The Writer’s Enemy

Authors share a common enemy.

This evil entity can affect every aspect of a book, from the writing to the marketing.

It starts out as just a tiny presence, seemingly innocuous.

Then it grows gradually.

Before the writer realizes it, this enemy becomes ominous.

It creates delays in the writing… hinders investment in cover design and editing… and destroys marketing effectiveness.

What is this evil monster?

It’s doubt.

When you doubt that readers will enjoy the story, it’s really hard to finish it… to put a full effort into it… to edit it well… to invest in a nice cover… to market the book diligently.

When you doubt your ability to market the book, you inhibit your own marketing efforts. Your lack of confidence shows through, creating doubt in the buyer’s mind. If you don’t believe in your book, why should customers?

Believe in your book to keep yourself motivated. Motivated to write, and motivated to market.

Become confident in your ability to write and market. Let your confidence show through. Let your passion for your writing show through in your marketing.

But don’t overdo it. Overconfidence can be a sales killer, and can make it difficult to handle criticism.

A little doubt can serve a useful purpose. But balance it with confidence so it doesn’t grow.

A little doubt can make you research the idea to see if it’s worth pursuing. A little doubt can make you consider an alternative. Make an informed decision and then be confident with it. A little doubt can make you edit yet again. A little doubt can make you compare your cover to those of top sellers. A little doubt can make you research other marketing ideas, just in case there is something better that you might be doing.

If you need to become more confident, you can try to build confidence in steps. A little feedback can help. Start with people who are likely to be supportive, and whose advice is likely to be helpful. Widen your audience, in steps, until you gain the confidence you need. Learn how to deal with criticism. Take a break after you receive it. Consider it another day. If it has merit and is something you are willing to do, implement it; if not, let it go. Be confident with your decision.

Chris McMullen, author of A Detailed Guide to Self-Publishing with Amazon and Other Online Booksellers, Vol. 1 (formatting/publishing) and Vol. 2 (packaging/marketing)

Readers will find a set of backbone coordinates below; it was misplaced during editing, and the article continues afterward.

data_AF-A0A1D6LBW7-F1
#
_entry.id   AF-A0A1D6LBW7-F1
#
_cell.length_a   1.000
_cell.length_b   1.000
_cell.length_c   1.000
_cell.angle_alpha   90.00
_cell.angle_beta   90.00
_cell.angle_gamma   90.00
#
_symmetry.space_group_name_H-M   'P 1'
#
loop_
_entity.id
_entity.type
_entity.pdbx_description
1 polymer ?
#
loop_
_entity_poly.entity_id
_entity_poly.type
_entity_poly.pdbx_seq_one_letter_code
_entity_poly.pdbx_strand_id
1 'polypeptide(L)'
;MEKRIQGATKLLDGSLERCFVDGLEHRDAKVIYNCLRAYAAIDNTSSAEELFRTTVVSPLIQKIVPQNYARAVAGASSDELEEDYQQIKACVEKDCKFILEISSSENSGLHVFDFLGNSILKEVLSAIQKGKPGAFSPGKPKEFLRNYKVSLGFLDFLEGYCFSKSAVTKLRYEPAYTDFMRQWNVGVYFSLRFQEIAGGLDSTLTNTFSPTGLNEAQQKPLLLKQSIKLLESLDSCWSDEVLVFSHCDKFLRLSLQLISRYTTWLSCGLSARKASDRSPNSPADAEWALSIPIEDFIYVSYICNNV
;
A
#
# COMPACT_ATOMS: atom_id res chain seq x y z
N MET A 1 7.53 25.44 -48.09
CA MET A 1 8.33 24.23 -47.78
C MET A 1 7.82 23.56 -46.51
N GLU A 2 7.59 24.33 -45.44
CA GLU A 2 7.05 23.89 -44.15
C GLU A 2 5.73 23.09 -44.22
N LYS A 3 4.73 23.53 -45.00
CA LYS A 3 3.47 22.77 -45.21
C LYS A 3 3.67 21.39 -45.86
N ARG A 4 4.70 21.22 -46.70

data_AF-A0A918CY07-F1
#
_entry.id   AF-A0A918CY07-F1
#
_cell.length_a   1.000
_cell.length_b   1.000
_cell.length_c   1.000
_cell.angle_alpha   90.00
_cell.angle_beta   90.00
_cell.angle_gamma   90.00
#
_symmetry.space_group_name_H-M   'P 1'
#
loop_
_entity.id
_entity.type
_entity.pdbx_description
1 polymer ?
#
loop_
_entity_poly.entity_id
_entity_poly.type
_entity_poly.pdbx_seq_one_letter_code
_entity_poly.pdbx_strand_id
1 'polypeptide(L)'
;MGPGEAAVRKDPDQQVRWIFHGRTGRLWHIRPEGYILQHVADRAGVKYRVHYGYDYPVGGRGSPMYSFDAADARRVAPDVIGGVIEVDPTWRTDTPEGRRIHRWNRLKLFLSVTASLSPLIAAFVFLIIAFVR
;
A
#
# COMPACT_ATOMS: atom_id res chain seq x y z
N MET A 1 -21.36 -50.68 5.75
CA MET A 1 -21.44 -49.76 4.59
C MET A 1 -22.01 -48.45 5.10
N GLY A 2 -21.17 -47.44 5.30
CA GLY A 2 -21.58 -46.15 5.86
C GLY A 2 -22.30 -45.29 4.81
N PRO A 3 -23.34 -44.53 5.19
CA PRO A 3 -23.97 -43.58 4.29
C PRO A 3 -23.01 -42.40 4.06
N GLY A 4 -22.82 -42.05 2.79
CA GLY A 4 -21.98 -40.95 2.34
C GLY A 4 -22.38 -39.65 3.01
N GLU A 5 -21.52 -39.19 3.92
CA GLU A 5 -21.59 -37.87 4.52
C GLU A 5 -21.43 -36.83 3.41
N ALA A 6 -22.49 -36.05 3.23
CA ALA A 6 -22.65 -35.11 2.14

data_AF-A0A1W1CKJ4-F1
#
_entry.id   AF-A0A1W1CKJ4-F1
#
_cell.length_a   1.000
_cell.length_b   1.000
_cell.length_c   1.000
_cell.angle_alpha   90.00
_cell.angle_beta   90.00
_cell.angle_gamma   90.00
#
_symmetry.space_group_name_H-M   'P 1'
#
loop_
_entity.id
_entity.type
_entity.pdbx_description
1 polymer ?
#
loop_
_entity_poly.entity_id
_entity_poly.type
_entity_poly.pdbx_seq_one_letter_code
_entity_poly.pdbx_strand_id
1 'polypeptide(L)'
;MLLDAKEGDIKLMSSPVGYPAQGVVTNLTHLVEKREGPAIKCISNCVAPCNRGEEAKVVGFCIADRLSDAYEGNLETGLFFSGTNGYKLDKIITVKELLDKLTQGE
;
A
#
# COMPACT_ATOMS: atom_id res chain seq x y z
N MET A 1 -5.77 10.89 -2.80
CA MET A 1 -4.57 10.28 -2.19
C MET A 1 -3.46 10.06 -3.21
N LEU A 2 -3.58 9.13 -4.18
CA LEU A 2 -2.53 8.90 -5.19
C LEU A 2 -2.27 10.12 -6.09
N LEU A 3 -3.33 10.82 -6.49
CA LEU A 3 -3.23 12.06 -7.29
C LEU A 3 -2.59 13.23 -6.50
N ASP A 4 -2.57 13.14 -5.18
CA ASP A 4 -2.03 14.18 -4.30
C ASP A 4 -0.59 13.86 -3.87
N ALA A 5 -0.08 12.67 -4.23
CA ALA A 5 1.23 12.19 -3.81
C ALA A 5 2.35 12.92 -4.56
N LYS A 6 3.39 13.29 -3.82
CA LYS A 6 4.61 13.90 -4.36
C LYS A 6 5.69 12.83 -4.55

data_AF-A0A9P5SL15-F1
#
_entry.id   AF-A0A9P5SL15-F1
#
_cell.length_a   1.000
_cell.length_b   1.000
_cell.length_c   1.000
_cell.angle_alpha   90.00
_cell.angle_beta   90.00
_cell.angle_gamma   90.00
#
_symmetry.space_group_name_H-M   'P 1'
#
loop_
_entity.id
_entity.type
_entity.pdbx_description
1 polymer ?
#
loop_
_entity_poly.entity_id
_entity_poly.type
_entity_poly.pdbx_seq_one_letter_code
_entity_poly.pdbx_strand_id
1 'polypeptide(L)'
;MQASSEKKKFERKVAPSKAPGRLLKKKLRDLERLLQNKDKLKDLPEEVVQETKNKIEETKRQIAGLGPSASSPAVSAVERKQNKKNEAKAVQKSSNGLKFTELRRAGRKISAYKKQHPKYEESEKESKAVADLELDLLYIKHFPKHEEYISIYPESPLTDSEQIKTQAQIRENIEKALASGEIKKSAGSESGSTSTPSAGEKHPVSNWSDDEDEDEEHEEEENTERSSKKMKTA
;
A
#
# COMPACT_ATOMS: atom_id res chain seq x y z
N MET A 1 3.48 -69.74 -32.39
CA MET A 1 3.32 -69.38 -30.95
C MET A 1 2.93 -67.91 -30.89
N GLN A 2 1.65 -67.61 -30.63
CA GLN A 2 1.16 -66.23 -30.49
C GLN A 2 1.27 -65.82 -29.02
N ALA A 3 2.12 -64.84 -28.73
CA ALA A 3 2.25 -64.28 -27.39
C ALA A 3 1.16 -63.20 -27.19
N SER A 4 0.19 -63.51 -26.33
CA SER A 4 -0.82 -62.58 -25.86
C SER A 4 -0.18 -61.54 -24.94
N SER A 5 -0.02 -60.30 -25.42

Authors: How about a Mission Statement?

Mission Statement Pic

Companies have mission statements. It’s a short paragraph that says what the company is all about.

Writing is a business. Even if you write for the love of writing, as most writers do, selling books is still a business activity.

So should an author have a mission statement?

Here are a few possible benefits:

  • Seeing and reading it every once in a while can help you focus on your main goals. What really drives you to write? It can help keep you from losing sight of this.
  • You can use it as a motivator. A few aspects of the writing business can occasionally discourage an author. When you’re feeling down, read your mission statement to remind yourself of some pros that may outweigh any cons.
  • Show that you’re human. Fans and potential customers who see your mission statement might notice your passion for what you do – i.e. it’s not about the money. They might see what really drives you.

Search for mission statements that companies write to get a feel for what a mission statement looks like and to help generate some ideas. Obviously, don’t plagiarize their mission statements; write your own statement in your own unique words. Just browse their mission statements to see some options and to get a feel for it.

Think about what really drives you to write. What are you really striving to accomplish through your writing?

What do you do with your mission statement after you write one?

  • At the very least, keep it handy – someplace where you will see it occasionally to remind yourself what your writing is all about.
  • You could add it to your website(s).
  • Should you include it in your books? You can. You could put it in your copyright page, about the author page, or anywhere else – it’s your book. Realize that including the words “Mission Statement” is optional. You probably don’t see mission statements explicitly declared in books unless the publisher chooses to include it somewhere. However, there are many authors or publishers who somewhere in the front or back matter do make some note that could very well be part of a mission statement.

If you publish with your own imprint, so that you look like a real publisher, then you can include a mission statement for the publisher – instead of the author.

Chris McMullen, author of A Detailed Guide to Self-Publishing with Amazon and Other Online Booksellers, Vol. 1 (formatting/publishing) and Vol. 2 (packaging/marketing)